Why Twitter Got Crushed Yesterday

Twitter beat expectations on the top and bottom lines in its earnings report this week, but the market was looking at something entirely different.

Feb 7, 2014 at 7:03PM

Despite delivering a beat in its earnings report both in revenue and adjusted earnings per share, Twitter (NYSE:TWTR) shares fell off a cliff yesterday, down by 24%. In this video from Friday's edition of Tech Teardown, Motley Fool tech and telecom analyst Evan Niu discusses Twitter and its biggest problems: user growth, and user engagement.

The investing narrative for Twitter bulls has been the idea that this company is growing extremely rapidly, and could potentially even catch Facebook (NASDAQ:FB) one day in terms of the number of users it has and, therefore, the number of eyes advertisers could reach through the platform. But with only 9 million new monthly active users this quarter, bumping the total number up to 241 million vs. Facebook's 1.2 billion, investors are concerned that the company is hitting a ceiling here. Twitter also released some concerning data regarding its user engagement, with timeline views per user down to a six-quarter low.

In the video, Evan explores why, like the early days of Facebook's reporting when it discussed "like" metrics, Twitters reporting approach of timeline views per user might one day be replaced by more meaningful metrics; but he also looks at why Twitter may not have as much mainstream appeal as Facebook does, and what, if anything, the company can do to change that.

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Erin Kennedy has no position in any stocks mentioned. Evan Niu, CFA has no position in any stocks mentioned. The Motley Fool recommends Facebook and Twitter. The Motley Fool owns shares of Facebook. Try any of our Foolish newsletter services free for 30 days. We Fools may not all hold the same opinions, but we all believe that considering a diverse range of insights makes us better investors. The Motley Fool has a disclosure policy.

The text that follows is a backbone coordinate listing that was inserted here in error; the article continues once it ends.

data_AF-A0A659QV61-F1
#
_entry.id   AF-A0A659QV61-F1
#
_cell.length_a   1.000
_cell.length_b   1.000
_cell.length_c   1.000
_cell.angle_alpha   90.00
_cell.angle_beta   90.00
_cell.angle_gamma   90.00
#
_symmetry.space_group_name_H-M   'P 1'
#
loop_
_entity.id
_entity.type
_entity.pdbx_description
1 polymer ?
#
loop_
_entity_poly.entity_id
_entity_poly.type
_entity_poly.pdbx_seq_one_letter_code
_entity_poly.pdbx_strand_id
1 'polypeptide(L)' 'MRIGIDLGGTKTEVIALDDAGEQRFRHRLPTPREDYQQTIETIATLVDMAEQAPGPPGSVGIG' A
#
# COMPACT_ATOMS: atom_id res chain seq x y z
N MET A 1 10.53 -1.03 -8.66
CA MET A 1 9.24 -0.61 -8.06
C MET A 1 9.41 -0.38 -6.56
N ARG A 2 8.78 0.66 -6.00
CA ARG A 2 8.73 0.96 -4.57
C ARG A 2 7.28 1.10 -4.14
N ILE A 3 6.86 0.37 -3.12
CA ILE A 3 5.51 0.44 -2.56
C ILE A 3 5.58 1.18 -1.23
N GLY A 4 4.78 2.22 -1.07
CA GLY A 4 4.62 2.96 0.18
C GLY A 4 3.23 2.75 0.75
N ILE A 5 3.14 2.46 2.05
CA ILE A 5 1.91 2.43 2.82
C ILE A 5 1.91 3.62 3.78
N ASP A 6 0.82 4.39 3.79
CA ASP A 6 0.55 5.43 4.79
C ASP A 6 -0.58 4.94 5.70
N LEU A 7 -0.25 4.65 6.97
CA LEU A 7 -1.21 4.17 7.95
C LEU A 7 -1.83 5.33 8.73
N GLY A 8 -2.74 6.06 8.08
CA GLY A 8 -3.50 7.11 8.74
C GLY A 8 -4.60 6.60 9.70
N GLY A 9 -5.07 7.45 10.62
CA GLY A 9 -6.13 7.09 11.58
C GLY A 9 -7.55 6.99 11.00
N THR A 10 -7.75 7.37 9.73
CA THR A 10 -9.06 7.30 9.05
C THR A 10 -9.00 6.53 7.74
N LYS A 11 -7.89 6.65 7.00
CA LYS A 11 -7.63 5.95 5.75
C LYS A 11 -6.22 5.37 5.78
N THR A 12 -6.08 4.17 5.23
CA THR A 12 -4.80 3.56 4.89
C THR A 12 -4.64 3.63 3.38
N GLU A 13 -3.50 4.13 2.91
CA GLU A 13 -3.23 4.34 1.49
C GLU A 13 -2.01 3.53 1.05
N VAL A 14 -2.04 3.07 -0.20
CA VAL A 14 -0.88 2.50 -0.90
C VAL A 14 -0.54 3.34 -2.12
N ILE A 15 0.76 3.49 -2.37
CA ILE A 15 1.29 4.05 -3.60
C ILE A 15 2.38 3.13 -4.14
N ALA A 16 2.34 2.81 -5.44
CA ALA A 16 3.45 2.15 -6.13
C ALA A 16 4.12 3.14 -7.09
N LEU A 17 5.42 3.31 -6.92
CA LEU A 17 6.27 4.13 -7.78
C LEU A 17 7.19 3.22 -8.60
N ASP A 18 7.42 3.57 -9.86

A Financial Plan on an Index Card

Keeping it simple.

Aug 7, 2015 at 11:26AM

Two years ago, University of Chicago professor Harold Pollack wrote his entire financial plan on an index card.

It blew up. People loved the idea. Financial advice is often intentionally complicated. Obscurity lets advisors charge higher fees. But the most important parts are painfully simple. Here's how Pollack put it:

The card came out of chat I had regarding what I view as the financial industry's basic dilemma: The best investment advice fits on an index card. A commenter asked for the actual index card. Although I was originally speaking in metaphor, I grabbed a pen and one of my daughter's note cards, scribbled this out in maybe three minutes, snapped a picture with my iPhone, and the rest was history.

More advisors and investors caught onto the idea and started writing their own financial plans on a single index card.

I love the exercise, because it makes you think about what's important and forces you to be succinct.

So, here's my index-card financial plan:


Everything else is details. 

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